• Use the microphone correctly to get the right sonic balance to make the words make sense
  • Mess with the timing of the delivery to give the audience room to laugh
  • Convey the message and the humour of the song to the audience in non-verbal ways

In short, unless the song is written a certain way which forces all of the above to be right (maybe that’s a lesson to learn from failed attempts too), then it’s probably 50 times easier to mess a new song up than to deliver a coherent version that the audience can find the humour in.

But my problem is that a lot of my stuff is getting old to me. I’m doing routines that I’ve been doing for over 15 years. I’m probably a better comedian now than I was when I wrote them, so why haven’t they been replaced?

There are lots of answers to that, but they don’t matter. What matters is that I am writing again. As a minimum, this will result in more output on YouTube, but hopefully it will also result in more new material in the set.

Unfortunately, when it goes wrong it’s very sad.

My COP26-inspired song about Brazilians and trimming of “the bush” has provide an unmitigated disaster on stage. I think it’s a well written song and a decent bossa nova. However, it doesn’t work live. So, ok… that’s going to go on YouTube. Soon, probably.

This leads to one of my long-learned dilemmas. Often, the songs that I spend the most time creating are the ones that never work. If I look back at some of my classics, I wrote them almost as a stream of consciousness, performed them, they worked, and then I played them ever since.

Conversely, the ones I take time to craft are the ones which don’t work.

So, why did I record an Oasis pastiche of my latest song idea – “She’s Electric” but in a world where we’re not using metaphors?

I did it because I wanted to enjoy the process.

I even tried the song out this weekend and it didn’t go horribly wrong…

Here’s me NOT performing the new song

However, though on first performance, the song got loads of laughs, I messed up the playing. For the second time around, I had an audience that were behaving oddly, so I did a remix of the set and played the song later than I wanted to. I also forgot to add another joke in the intro that I had hoped would stage things properly…

… so I think the song’s scoring 1 out of 2. It kind of needs to score 3 out of 3 consistently – positive or negative – in order to have a verdict.

However, I think I’ve created something that’s in my style of writing, and which is a bit daft, a bit rude, and quite funny. So I’m going to definitely, maybe, probably, attempt to make it my morning glory.*

* Oasis jokes.

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You Did What?

As a topper to my Silly Quiz Answers, I did something much sillier with the Lucid Support Services weekly quiz/challenge.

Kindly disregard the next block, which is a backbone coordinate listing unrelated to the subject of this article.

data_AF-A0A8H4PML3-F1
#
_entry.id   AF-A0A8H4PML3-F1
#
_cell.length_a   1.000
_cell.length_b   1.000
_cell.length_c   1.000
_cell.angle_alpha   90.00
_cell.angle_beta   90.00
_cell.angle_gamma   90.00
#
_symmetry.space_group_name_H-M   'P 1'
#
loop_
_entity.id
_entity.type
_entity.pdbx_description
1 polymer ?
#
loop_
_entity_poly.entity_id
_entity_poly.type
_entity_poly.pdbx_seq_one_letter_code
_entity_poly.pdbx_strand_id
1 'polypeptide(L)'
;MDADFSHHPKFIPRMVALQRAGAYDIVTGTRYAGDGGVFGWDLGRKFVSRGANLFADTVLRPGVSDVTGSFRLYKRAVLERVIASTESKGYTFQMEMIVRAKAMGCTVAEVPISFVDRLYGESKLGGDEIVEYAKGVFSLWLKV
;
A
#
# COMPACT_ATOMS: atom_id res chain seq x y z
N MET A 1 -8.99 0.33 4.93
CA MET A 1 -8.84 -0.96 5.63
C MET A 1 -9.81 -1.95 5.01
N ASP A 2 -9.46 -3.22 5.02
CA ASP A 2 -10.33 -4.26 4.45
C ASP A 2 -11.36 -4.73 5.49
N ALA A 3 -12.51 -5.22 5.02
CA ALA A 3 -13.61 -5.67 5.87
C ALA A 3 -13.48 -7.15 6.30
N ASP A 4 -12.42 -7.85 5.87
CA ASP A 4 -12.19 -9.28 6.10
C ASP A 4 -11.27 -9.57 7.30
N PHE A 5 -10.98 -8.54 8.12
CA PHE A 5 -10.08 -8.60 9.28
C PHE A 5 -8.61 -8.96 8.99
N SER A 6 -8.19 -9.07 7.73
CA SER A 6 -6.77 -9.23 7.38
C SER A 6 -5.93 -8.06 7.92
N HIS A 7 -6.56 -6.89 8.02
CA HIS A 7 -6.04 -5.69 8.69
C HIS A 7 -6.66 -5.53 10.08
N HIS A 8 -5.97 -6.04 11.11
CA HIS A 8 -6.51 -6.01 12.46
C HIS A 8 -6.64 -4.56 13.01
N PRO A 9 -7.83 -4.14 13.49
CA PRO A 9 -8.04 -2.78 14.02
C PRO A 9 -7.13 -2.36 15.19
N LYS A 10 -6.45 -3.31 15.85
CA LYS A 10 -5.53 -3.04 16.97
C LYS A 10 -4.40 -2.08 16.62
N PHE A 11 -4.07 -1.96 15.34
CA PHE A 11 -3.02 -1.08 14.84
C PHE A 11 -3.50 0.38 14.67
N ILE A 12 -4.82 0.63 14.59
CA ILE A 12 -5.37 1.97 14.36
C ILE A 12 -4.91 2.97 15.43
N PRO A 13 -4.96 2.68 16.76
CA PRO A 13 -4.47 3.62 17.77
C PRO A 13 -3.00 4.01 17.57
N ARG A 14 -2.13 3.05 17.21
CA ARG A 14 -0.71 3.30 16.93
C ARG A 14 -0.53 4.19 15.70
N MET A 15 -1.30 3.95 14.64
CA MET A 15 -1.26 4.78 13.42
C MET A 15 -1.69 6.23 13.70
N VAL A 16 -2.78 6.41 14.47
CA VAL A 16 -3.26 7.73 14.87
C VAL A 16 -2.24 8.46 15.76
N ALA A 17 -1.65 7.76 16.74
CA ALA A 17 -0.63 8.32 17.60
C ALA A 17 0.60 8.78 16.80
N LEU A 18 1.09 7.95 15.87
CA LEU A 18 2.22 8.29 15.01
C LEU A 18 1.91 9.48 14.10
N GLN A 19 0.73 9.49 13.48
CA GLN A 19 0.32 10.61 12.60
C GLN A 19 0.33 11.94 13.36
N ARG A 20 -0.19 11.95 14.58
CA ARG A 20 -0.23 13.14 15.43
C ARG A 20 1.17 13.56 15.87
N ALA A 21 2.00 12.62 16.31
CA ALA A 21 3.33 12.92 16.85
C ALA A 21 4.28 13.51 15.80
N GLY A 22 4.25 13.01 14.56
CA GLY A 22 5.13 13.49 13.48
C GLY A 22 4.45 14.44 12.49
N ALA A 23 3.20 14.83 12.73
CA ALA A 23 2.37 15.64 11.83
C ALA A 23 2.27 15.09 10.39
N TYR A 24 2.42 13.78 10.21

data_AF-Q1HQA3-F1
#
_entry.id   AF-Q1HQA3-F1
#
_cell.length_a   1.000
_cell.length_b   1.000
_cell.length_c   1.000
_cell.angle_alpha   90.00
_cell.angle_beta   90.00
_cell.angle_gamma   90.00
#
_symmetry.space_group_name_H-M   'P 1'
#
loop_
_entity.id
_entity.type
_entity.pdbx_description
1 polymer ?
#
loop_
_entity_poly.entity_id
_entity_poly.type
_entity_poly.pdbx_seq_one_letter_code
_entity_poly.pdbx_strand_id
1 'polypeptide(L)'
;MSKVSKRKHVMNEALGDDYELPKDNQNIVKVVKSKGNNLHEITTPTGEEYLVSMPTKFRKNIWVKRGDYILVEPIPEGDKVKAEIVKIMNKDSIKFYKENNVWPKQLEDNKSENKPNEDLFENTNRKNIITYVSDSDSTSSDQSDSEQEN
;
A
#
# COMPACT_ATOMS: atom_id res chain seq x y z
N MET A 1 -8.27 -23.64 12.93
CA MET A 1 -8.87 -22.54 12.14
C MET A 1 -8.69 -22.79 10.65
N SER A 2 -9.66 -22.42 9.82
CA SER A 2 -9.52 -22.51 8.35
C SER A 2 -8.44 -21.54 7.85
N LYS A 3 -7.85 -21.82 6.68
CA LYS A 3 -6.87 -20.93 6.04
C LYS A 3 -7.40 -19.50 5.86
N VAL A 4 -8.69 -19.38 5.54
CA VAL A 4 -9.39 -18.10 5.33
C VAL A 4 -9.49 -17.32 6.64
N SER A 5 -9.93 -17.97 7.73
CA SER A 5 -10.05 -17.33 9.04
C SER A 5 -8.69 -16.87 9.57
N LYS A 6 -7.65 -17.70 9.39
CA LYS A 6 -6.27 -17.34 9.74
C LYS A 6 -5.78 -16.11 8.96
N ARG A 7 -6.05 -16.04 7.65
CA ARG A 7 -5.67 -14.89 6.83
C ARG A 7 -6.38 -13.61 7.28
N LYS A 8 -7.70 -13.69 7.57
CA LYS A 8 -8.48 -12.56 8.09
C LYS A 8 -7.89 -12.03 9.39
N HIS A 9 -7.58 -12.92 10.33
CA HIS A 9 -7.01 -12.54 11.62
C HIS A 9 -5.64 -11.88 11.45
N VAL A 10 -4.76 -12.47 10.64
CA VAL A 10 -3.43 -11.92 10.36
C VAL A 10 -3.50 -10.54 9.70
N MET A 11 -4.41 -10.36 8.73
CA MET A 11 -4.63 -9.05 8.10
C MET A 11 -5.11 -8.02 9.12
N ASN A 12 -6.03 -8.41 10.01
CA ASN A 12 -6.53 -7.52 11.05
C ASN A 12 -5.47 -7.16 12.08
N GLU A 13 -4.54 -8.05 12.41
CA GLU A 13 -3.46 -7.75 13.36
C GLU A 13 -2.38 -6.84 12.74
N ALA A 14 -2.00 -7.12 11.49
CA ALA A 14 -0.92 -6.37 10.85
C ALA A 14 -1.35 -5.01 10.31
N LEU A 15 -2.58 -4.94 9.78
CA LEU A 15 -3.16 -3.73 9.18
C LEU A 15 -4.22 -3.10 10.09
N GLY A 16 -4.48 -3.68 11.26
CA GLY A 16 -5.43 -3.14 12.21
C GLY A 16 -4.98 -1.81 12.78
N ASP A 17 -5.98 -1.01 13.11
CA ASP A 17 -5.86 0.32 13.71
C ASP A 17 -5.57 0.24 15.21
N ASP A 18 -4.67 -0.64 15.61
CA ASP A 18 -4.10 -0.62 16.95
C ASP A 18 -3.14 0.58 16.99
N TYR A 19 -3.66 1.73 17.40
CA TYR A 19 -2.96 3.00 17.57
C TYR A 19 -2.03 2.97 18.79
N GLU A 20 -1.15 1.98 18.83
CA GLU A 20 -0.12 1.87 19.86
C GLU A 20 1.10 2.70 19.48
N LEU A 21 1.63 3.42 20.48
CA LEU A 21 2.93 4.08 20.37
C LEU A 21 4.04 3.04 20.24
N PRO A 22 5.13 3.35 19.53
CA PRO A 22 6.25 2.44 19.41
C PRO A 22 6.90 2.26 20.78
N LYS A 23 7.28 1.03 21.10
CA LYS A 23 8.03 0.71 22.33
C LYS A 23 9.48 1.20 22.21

I had threatened to turn their wordsearch into a musical, and so I did.

It’s quite a strange thing to produce an entire song based on deliberately mis-reading a wordsearch and finding words that are not meant to be there.

The above video shows, in its final scenes, how many words I superimposed onto their grid. For those who want a clue about the process behind making this, here’s a picture from the notebook:

GoodNotes page, scribbling on an iPad

My songwriting process, these days, uses a variety of different techniques for capturing the ideas. Sometimes I’ll write on paper with a pen/pencil.

Sometimes I use an electronic pad with an electronic pencil.

I’ll occasionally just type into a Google Doc. And for parody songs I’ll have a spreadsheet with the original lyrics on the left and the new ones on the right… I know… sounds dreadful.

Often I’ll noodle on an instrument and record into a voice recorder.

Interestingly, there’s also a process of trying to remember what I wrote by singing/playing away from the paper altogether, which seems to create something more natural – the process of remembering it acting as a filter on certain awkward turns of phrase, and encouraging minor re-writes.

For a wordsearch song, though, a more mathematical approach was needed and you can see above that I tried to ensure that, when the song was done, I’d have a perfect correlation between every key word and the place on the wordsearch that I’d be highlighting.

That’s a lot of effort to just prove a point.

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One might assume that SEO is a snakeoil/dark ark/buzzword.

But my wife’s upholstery website has literally zero discoverability on Google… so there must be something in it!

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Between the Library and the Green Room

It’s another gig weekend. I’ve done the maths and it is cheaper to stay away from home than to pay for the fuel to go backwards and forwards. Probably.

It does put me again into the strange state of limbo between gigs where I’ve got time to kill in a place far from home with no facilities of my own.

Last night’s gig ran short, so I’ve had even more time in my own company. Luckily, I also have the Beatles Get Back documentary to watch, so I didn’t have any trouble occupying myself between arriving back at the hotel and getting to sleep.

I woke up at 6.30 this morning, though. Rookie error. I was quite thirsty and also needed a wee… coincidence!? I don’t think so.

Anyway, I went back to sleep and ended up leaving my hotel slightly later than the check in time, having done some admin in the room before having a last minute shower.

The Shower Scene

INTERIOR: Shower room

A large man opens the two sliding doors at the apex of a square shower cubicle, reaches in and turns on the shower.

The shower runs as our hero has his second wee-wee of the morning.

He discreetly disrobes completely and tries to enter the shower via the narrow gap left by the doors.